By repeating this procedure with different mesh densities, we can find the rate at which the error decreases as we use smaller elements to solve the problem. That is to say, we can compute the order of convergence p of the computational method. If this order p matches the theoretical order of the method, we can then conclude that the solver solves the equations right.

Application of MMS to the thermal problem in OnScale

Let us solve a thermal conduction problem in three dimensions over a unit cube [0,1]\times[0,1]\times[0,1] with Onscale, using algebraic expressions to set the source term. Let our non-dimensional “manufactured temperature” be

T_\text{mms}(x,y,z) = 1 + \sin ^2\left(2\,x\right)\,\cos ^2\left(3\,y\right)\,\sin \left(4\,z \right)

To keep the mathematical details as simple as possible, we choose a uniform conductivity identically equal to a non-dimensional value of one over the whole cube.

Then, inserting eq. 2 into eq. 1 and computing the gradient and the divergence (with the aid of a symbolic mathematics software such as Maxima or Mathematica) we can compute an analytical expression for the source term q'''(x,y,z).1

By performing a parametric study with successively more refined meshes (meaning smaller elements), we can look at how the difference between the manufactured solution T_\text{mms}(x,y,z) and the simulation solution T(x,y,z) decreases. We plot this error versus the mesh element size h on a log-log scale so that the slope of the line gives us the order of convergence of the method. fig. 1 shows the results of applying the MMS procedure to OnScale’s steady-state thermal analysis.


Figure 1: L_2-norm of the numerical error vs. element size h for different meshes

The results show that as the element size h is reduced, the error also decreases. A monotonic decrease in error with third-order convergence O(h^3) as the mesh is refined as expected for the second-order structured tetrahedral elements used in this analysis. Obtaining the expected convergence rate verifies that the equations (including material behavior, boundary and source terms) are being solved correctly.

The “wiggles” seen in the curves for unstructured grids are also expected, since the tetrahedra might need to accommodate unevenly and hence introduce inhomogeneities in the mesh. The unstructured cases were deliberately created with a very low quality so as to test the solver’s robustness. A comparison with a cutaway view of the solution T(x,y,z) for both structured and unstructured tetrahedra is shown in fig. 2.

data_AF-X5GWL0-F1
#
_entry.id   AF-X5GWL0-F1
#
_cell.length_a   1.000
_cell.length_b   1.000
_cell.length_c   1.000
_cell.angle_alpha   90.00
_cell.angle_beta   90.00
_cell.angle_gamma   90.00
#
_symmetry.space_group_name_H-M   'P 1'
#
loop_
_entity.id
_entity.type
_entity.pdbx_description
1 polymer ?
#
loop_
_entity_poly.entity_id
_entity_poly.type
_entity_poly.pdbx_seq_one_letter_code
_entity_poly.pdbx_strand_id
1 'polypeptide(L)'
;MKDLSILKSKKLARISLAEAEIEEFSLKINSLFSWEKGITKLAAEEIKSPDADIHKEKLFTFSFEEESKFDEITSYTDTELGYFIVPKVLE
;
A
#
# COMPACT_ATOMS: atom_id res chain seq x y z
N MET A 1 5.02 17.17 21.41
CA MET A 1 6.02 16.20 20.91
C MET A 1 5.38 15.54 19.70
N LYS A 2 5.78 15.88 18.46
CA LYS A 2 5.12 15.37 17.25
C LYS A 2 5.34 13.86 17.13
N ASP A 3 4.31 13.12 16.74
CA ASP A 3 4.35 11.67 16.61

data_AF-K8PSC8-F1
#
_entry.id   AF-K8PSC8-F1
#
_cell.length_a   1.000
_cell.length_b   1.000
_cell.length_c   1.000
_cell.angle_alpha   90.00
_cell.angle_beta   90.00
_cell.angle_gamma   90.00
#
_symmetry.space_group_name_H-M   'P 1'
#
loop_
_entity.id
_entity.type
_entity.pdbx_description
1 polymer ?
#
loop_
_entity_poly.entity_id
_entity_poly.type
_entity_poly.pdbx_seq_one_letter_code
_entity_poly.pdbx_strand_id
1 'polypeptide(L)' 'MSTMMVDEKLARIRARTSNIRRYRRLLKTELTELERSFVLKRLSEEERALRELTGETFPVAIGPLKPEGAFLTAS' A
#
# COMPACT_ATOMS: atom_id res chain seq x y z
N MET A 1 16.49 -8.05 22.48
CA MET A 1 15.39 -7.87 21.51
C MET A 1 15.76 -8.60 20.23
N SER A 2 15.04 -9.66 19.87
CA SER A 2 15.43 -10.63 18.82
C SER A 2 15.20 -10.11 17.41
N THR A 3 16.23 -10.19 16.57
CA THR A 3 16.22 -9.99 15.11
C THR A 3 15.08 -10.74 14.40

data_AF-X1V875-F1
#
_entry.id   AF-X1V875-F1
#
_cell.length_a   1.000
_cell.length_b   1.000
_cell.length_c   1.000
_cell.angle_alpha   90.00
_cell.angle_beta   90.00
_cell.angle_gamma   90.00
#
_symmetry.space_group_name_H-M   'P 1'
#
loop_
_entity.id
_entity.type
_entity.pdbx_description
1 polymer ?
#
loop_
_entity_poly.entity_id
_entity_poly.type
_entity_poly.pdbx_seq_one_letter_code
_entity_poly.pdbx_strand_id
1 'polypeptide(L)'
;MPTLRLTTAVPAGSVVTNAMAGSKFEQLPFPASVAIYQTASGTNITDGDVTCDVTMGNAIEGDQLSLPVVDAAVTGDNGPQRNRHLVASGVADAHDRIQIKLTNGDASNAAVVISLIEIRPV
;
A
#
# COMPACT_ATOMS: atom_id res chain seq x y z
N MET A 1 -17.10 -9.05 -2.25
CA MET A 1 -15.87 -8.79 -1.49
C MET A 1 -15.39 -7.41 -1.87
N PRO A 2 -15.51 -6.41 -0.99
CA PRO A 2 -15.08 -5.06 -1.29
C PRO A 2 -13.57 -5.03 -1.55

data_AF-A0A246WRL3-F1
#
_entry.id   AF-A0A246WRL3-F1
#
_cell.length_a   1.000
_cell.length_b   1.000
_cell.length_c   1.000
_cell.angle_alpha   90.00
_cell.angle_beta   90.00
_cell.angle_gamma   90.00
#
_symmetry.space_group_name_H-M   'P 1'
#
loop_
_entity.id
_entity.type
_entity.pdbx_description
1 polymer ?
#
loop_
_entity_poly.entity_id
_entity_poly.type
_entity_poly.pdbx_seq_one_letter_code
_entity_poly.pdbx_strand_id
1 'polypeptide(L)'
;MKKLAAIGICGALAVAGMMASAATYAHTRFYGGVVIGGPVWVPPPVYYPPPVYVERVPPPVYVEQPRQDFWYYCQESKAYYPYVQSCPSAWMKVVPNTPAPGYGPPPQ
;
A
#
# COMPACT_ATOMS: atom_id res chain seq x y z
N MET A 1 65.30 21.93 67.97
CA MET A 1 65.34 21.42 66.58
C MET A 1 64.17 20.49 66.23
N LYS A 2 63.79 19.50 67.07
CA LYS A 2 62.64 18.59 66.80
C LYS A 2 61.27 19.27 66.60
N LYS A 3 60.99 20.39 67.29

Figure 2: Illustration of structured and unstructured tetrahedral meshes in a cube.. a — Structured grid, b — Unstructured grid


This blog post describes part of the rigorous verification processes that OnScale uses to ensure that it’s simulation solvers are accurate. Validation of OnScale solvers (ensuring that they correctly represent real-world behavior) is also very important.

Now that you have made it this far, put us to the test! Try OnScale here, and start simulating easier than ever before, with the accuracy that professional simulation tools deserve.

  1. The full analytical expression of the source term is
    q'''(x,y,z) = -18\,\sin ^2\left(2\,x\right)\,\sin ^2\left(3\,y\right)\,\sin \left(4\,z\right)\\ + 42\,\sin ^2\left(2\,x\right)\,\cos ^2\left(3\,y \right)\,\sin \left(4\,z\right) \\ -8\,\cos ^2\left(2\,x\right)\,\cos ^2 \left(3\,y\right)\,\sin \left(4\,z\right)
Jeremy Theler
Jeremy Theler

Jeremy is a Solver Developer at OnScale, creating the next-generation finite-element solvers' Reflex in C++ using MPI, PETSc, VTK and state-of-the-art cloud and web technologies, i.e., "the way FEM solvers are supposed to be."